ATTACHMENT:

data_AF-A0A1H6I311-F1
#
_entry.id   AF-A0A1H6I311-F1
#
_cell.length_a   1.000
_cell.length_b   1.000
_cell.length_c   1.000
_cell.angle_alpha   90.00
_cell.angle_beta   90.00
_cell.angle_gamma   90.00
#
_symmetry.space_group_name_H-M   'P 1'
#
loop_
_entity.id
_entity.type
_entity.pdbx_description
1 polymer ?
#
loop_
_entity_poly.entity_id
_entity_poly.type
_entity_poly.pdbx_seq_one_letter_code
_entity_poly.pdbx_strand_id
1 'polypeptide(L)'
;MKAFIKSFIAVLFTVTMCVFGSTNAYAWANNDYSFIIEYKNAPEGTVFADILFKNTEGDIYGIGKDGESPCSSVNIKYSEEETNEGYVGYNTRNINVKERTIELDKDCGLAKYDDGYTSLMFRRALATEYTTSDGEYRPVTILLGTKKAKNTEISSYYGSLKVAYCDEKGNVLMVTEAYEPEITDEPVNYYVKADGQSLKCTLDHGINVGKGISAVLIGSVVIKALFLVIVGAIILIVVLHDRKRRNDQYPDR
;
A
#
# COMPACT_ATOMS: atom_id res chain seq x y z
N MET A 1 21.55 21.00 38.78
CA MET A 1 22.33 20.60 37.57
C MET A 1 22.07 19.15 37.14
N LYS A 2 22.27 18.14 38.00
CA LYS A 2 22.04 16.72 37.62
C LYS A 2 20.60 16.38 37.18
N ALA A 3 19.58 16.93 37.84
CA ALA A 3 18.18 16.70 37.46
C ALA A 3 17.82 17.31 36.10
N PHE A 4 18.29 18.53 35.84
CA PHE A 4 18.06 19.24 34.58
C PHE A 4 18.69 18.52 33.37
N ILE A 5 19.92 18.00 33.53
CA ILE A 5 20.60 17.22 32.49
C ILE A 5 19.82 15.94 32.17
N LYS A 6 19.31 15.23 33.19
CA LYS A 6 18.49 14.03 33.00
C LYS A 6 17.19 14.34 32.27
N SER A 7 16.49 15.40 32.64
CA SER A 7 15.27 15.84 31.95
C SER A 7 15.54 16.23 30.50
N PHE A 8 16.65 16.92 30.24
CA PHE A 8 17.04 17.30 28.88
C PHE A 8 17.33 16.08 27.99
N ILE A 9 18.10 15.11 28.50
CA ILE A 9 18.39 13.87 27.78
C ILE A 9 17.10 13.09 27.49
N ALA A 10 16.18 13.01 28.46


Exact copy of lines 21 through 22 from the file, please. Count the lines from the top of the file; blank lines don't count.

_entity_poly.entity_id
_entity_poly.type